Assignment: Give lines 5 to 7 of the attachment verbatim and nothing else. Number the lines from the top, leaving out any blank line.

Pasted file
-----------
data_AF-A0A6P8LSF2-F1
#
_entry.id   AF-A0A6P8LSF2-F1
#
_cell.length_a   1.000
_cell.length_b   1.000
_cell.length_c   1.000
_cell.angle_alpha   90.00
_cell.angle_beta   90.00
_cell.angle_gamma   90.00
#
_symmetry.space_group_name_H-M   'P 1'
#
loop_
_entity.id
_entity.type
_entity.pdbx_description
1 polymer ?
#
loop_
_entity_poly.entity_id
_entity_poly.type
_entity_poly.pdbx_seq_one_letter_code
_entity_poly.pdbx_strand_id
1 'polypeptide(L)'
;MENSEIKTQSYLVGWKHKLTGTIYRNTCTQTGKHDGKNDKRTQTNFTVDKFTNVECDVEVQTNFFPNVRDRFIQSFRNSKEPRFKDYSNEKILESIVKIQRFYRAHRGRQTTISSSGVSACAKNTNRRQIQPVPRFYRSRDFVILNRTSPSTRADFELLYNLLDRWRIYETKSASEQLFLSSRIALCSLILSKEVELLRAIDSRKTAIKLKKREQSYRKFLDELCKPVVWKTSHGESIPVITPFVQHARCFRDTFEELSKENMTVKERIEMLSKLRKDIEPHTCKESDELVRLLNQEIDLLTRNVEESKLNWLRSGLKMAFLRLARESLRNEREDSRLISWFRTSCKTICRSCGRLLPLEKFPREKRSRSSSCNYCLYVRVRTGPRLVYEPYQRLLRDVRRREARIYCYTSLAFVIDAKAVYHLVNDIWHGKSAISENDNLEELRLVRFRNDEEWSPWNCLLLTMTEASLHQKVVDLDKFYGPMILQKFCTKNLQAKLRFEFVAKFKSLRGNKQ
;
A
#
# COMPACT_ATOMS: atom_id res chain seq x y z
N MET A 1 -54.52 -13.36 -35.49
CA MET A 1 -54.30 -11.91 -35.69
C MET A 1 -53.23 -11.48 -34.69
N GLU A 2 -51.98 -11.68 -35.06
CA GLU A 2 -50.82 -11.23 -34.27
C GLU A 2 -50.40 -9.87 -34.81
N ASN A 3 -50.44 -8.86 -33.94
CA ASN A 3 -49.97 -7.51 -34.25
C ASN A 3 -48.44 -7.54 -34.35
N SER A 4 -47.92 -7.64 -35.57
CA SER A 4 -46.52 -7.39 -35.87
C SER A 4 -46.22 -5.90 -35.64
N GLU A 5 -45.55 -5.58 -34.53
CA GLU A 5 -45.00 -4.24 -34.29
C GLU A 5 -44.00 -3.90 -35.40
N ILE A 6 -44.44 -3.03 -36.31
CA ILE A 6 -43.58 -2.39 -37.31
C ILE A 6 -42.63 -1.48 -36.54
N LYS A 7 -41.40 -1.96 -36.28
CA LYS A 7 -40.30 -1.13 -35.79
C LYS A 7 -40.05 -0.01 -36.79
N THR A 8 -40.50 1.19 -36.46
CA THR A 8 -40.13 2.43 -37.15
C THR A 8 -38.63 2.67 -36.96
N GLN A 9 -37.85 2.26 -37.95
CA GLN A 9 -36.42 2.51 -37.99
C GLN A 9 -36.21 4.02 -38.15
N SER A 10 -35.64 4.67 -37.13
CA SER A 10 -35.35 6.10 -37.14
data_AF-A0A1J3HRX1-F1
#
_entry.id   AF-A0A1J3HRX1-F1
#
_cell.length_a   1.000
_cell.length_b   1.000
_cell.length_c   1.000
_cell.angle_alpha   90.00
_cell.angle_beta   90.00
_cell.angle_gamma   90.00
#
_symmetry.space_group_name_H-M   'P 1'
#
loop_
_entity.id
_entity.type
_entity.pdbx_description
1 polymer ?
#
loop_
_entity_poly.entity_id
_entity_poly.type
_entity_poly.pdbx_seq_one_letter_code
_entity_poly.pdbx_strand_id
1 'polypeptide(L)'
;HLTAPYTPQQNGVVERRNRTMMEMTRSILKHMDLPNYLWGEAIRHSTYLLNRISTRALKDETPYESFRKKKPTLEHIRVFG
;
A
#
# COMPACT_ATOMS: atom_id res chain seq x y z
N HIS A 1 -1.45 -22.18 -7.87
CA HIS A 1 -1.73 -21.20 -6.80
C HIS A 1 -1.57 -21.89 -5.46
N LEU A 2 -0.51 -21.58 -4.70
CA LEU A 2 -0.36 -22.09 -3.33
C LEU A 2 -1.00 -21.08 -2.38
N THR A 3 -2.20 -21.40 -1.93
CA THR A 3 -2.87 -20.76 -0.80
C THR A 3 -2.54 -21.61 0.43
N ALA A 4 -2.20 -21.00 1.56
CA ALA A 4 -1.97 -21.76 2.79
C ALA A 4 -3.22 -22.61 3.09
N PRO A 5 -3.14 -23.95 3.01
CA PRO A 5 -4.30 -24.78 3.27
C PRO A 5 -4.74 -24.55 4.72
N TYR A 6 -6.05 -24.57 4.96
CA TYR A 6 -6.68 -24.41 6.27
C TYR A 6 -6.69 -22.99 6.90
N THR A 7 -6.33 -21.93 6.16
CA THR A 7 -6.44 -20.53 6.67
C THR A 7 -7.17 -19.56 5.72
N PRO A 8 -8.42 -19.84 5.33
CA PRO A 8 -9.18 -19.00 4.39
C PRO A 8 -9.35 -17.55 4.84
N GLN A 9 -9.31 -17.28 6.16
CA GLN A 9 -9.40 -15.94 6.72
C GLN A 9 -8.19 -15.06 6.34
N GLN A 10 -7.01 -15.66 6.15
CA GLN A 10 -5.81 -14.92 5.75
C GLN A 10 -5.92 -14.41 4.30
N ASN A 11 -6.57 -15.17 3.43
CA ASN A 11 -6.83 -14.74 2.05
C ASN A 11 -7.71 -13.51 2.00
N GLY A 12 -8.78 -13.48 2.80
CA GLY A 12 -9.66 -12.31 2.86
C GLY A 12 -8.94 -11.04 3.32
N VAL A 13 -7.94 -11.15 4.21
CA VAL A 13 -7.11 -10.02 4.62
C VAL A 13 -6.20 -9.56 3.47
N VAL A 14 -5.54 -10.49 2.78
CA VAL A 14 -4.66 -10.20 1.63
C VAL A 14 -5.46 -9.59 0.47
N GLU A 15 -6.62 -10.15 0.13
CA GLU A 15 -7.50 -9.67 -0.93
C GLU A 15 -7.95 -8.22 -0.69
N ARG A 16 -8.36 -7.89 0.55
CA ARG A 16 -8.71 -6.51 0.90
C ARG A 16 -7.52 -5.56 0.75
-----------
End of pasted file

_cell.length_a   1.000
_cell.length_b   1.000
_cell.length_c   1.000